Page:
Monguzzi, Bruno: 9 DÉCEMBRE 1986 [Musée d’Orsay]. Paris: Musée d’Orsay, 1986.

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9 DÉCEMBRE 1986 [Musée d’Orsay]

Bruno Monguzzi [Designer]

Bruno Monguzzi [Designer]: 9 DÉCEMBRE 1986 [Musée d’Orsay]. Paris: Musée d’Orsay, 1986. Original impression [Affiche éditée à l’occasion de l’ouverture du Musée d’Orsay]. 31.5 x 23.8 - inch [80 x 60.5 cm] trim size image printed via offset lithography on a semi-gloss sheet. Lower left corner lightly ruffled. Three short, closed tears repaired with non-archival tape to verso of lower edge. Upper edge slightly ruffled. A good or better example that would benefit greatly from archival backing.

A 31.5 x 23.8 - inch [80 x 60.5 cm] poster designed by Bruno Monguzzi for the Grand Opening of the Musée d’Orsay. Printed in Paris by Bedos Imprimeurs. In 1983 the Musée d’Orsay in Paris opened a competition for the design of the museum’s corporate image and sign system. Swiss designers Bruno Monguzzi and Jean Widmer won the competition, and a redesigned Didot became the museum’s type identity.

“Superficial and stylish graphic designers tend to reduce their syntax to a temporary gospel and spread it everywhere on everything. Good design solutions, however, are probably timeless.” — Bruno Monguzzi

Bruno Monguzzi (Swiss, b. 1941) studied Graphic Design in Geneva, then Typography, Photography and Gestalt Psychology in London.

“I left for London where I selected a few courses: Romek Marber’s at St Martin’s, Dennis Bailey’s at Central, photography at the London School of Printing. Thanks to Ken Briggs, whom I had also met at St Martin’s and who tried to answer my many questions, I discovered Gestalt psychology and became very involved in the study of visual perception. It is at that point, in 1961, that I started to believe in graphic design as a problem-solving profession rather than a problem-making one and that I slowly began to push away my hidden dream to became another Werner Bischof. It was also at the time that I began to understand and to love the American school: Gene Federico, Herb Lubalin, Lou Dorfsman, Lou Danziger, Charles and Ray Eames.”

“In the second issue of Neue Grafik I discovered the Milanese pioneers – Studio Boggeri, Max Huber, Franco Grignani – and I decided to fly to Milan to meet Antonio Boggeri. I still remember the tiny elevator of 3 Piazza Duse. On the slow, shaky journey up to the sixth floor I felt uneasy. And I felt uneasy for the following two years, having fallen in love with the man, his ideas, the designs of Aldo Calabresi and the office with the balcony overlooking the Giardini. After a few weeks of desperate struggle to be good enough to stay there, I was called for. Lifting his lean, long hands – the most beautiful hands I have ever seen – Boggeri shared with me his theory about the spider’s web. Like the spider’s web, he said, Swiss graphic design was perfect, but often of a useless perfection. The web, he stated, was only useful when harmed by the entangled fly. It was then that my vocabulary began to increase. And it was then that my use of type and pictures began to grow towards more expressive solutions.”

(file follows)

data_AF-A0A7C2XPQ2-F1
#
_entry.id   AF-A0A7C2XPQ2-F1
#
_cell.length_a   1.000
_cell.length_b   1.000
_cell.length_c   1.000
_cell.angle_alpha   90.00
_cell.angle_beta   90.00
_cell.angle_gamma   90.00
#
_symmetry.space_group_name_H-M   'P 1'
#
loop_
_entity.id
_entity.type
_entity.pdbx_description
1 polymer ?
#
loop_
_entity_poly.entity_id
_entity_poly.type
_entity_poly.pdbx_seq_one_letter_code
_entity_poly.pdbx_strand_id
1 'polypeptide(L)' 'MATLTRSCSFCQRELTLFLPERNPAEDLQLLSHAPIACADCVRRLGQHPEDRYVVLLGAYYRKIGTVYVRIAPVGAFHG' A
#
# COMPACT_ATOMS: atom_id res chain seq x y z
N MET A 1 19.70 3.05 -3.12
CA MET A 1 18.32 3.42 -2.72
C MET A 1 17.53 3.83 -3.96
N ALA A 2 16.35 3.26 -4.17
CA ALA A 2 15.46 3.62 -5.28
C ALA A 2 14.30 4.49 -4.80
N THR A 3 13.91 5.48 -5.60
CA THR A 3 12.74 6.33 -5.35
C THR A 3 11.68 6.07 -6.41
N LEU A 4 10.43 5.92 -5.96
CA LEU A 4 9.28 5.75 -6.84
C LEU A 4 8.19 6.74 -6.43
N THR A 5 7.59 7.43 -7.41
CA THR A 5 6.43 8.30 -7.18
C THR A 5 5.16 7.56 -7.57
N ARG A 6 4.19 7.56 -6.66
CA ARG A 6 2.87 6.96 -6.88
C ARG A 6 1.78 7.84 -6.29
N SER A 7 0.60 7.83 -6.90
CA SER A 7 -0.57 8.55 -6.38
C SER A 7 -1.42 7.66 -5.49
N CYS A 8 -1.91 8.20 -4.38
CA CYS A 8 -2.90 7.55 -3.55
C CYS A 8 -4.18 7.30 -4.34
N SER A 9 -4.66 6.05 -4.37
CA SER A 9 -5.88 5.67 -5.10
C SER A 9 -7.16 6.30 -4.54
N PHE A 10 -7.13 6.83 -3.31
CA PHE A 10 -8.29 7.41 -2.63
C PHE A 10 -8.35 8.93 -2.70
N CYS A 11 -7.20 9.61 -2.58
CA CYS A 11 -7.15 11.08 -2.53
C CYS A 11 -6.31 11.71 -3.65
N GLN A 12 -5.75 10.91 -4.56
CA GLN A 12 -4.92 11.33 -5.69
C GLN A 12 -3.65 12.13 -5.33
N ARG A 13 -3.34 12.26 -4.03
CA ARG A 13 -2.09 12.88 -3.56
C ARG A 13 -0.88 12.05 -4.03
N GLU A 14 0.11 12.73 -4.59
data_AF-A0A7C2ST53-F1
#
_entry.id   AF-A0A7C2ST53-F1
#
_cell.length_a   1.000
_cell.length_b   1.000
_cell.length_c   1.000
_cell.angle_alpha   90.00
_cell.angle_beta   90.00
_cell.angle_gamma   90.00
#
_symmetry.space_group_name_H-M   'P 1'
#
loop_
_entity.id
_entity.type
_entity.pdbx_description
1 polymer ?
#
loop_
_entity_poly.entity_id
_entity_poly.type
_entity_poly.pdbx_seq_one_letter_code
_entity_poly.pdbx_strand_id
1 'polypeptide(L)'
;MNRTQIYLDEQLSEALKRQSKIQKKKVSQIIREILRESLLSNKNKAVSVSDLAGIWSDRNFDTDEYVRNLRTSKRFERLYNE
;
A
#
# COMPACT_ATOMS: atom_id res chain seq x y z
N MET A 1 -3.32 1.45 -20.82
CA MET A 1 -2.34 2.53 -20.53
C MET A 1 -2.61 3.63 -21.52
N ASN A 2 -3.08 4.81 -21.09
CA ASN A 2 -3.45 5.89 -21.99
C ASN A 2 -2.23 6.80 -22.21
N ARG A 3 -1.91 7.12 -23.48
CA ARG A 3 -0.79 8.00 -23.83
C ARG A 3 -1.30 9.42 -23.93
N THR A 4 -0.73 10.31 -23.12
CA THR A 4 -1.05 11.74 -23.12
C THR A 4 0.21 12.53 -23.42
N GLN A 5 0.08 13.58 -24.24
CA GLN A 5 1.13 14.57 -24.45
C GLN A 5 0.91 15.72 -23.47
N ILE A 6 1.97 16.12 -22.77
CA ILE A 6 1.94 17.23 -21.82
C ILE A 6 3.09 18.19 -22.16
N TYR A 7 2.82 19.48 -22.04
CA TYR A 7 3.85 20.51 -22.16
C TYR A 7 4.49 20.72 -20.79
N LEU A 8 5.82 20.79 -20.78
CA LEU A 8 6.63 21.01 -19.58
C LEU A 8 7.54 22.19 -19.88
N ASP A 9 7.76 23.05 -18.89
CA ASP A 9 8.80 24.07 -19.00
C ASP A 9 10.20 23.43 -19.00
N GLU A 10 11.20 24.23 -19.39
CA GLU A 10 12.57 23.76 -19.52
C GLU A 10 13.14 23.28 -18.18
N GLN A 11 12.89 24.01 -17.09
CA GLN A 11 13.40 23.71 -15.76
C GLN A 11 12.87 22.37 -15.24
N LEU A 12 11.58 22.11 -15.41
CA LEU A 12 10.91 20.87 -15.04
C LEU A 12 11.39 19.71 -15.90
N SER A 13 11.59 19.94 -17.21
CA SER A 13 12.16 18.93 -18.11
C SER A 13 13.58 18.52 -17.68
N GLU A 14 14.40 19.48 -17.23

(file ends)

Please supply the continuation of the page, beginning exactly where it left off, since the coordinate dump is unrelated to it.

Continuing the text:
Monguzzi started as an assistant at Studio Boggeri in 1961, became Antonio Boggeri’s son-law in 1974, and curated and designed the Studio Boggeri retrospective at the Milan Triennale in 1981.

In 1971, Monguzzi received the Bodoni prize for his contribution to Italian graphic design and he became a member of the Alliance Graphique Internationale in 1979. In 1983, in association with Visuel Design Jean Widmer, he won the competition for the signage system and identity for the Musée d’Orsay, Paris.

“When the results of the competition to design the poster for the opening of the new Musee d’Orsay proved to be a failure I was called to Paris. Most projects were showing works of art, or details from works of art. Others were showing the building, or details from the building. The director did not want to see the building. The chief curator did not want to see works of art. So, from a “picture followed by words” poster, we arrived at a “words followed by no picture” concept. The logo and date were all that was needed.”

“It seemed to be the perfect brief, but after I had played around with these elements for quite some time I realised that a metaphor was missing. I walked over to my bookcase, picked out a book on Lartigue, slowly turned the pages, and when I came to an image of a plane taking off I knew this was the answer.”

“. . . I think that having designed the logo myself, it was probably easier for me to accept it fully and to use it with the right emphasis. As for the cropping, the possibility of using it in fragments was established from the start. I had already used it with a similar trimming in the C6/5 envelope and on the cards.”

Monguzzi was Art Consultant for Abitare magazine from 1986 to 1991. He was the sole designer for Museo Cantonale d’Arte, Lugano from 1987 to 2004. He lives and works in Meride, Switzerland.

All Monguzzi quotes first published in Eye no. 1 vol. 1, 1990.